Oz — Killer TV No.34

1997-2003, HBO
‘The worst stab wound is the one to the heart. Sure, most people survive it, but the heart is never quite the same.’ – Augustus Hill
Christopher Meloni, Ernie Hudson, Adewale Akinnuoye-Agbaje, Harold Perrineau Jr, Eamonn Walker, Rita Moreno, John Lurie, Terry Kinney, Betty Buckley, Kathryn Erbe, Lee Tergesen, B. D. Wong, JK Simmons, Dean Winters, Scott William Winters, Edie Falco
Identikit: At the Oswald State Correctional Facility, the Homeboys, Muslims, Wiseguys Aryan Brotherhood, Latinos and other groups mark out their territory and live on their wits, while the authorities try to keep control.


The revolution wrought by subscription TV in the US has its roots here, with HBO’s first one-hour drama series in 1997. Set in Oz, aka the Emerald City, a penitentiary turned ‘correctional facility’, it follows the daily machinations of dangerous and lesser criminals just trying to get by, told in stark, brutal detail. The story is cleverly opened up when the usually law-abiding Tobias Beecher finds himself behind bars for a drink-driving killing – a lamb among slavering wolves, forcing audiences to think, ‘There but for the grace of god…’ Having been roomed with one of the more vicious inmates, he is then ‘saved’ by Aryan inmate Vernon Schillinger, and his life goes from bad to worse under the thumb of the predatory racist. Episodes are narrated by wheelchair-bound Augustus Hill (shot by police during his arrest), who offers insight and some wry humour, and the style is gritty cinéma-vérité. The show took advantage of the freedom in storytelling offered by premium cable, creating plots that were taboo on mainstream TV – male rape, drug use, ethic/religious intolerance, violence and homosexuality, while featuring full male nudity and bad language. The show was raw and gripping, but never captured the haul of gongs that later successes from HBO would – The Sopranos, The Wire etc. However, it lasted for six seasons and won a devoted fan base of viewers who were captivated by its freshness and honesty.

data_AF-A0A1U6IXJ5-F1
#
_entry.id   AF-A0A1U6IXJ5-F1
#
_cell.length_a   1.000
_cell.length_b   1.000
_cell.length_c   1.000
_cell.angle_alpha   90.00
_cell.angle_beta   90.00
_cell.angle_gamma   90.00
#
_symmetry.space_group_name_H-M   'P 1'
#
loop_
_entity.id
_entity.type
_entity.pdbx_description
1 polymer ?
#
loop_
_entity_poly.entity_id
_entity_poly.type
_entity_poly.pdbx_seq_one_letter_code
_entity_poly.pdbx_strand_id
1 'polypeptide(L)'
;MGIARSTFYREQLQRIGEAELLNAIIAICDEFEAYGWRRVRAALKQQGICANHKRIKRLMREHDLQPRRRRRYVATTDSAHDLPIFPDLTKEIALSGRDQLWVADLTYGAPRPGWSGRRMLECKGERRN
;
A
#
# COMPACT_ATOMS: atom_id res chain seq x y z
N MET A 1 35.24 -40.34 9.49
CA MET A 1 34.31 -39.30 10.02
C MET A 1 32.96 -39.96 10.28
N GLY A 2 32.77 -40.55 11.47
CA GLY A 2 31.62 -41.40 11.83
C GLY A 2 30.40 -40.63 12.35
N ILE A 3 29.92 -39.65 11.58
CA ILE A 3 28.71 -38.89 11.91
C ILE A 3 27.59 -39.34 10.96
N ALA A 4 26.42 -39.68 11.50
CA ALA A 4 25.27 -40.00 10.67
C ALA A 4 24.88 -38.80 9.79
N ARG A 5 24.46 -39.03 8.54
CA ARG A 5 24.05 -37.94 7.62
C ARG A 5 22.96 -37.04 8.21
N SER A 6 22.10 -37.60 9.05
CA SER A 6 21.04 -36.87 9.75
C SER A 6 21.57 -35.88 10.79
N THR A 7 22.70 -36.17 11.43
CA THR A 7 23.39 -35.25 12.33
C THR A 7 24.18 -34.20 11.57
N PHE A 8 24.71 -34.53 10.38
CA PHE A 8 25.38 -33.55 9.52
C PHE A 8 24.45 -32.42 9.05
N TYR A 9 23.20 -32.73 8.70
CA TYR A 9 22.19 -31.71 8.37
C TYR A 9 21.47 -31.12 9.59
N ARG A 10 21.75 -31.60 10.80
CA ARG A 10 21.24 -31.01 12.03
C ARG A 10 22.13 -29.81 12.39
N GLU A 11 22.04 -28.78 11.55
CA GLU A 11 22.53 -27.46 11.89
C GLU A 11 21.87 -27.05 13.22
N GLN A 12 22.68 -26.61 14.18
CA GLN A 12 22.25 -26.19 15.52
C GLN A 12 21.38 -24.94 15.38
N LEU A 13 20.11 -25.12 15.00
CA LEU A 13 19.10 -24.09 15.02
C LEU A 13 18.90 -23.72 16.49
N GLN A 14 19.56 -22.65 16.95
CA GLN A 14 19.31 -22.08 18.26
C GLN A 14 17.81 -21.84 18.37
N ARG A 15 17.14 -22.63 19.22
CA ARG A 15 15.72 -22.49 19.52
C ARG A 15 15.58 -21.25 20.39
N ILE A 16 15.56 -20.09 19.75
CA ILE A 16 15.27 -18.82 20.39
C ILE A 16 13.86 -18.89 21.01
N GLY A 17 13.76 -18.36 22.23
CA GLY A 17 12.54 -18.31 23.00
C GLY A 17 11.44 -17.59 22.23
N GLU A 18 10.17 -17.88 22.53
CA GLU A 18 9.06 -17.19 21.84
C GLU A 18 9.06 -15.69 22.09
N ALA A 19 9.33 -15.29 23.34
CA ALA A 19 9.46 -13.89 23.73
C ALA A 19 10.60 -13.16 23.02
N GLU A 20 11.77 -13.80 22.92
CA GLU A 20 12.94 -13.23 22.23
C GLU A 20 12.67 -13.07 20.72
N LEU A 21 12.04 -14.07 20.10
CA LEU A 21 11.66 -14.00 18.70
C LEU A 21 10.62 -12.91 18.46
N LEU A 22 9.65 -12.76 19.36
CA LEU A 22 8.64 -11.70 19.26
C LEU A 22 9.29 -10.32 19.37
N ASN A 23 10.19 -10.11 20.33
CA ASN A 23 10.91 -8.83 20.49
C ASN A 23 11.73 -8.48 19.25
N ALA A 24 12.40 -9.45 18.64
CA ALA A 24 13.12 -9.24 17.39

Classic episode: A Game of Checkers (season 1, episode 8) – first series finale during which an argument over a board game flares into a full-blown riot in seconds. Breathtaking episode that put all the tensions and conflicts among inmates and staff into hyperdrive.
Watercooler fact: Luke Perry, Eric Roberts, LL Cool J all made guest appearances, while cast regular Edie Falco went on to some great performances as Carmela in HBO’s The Sopranos.

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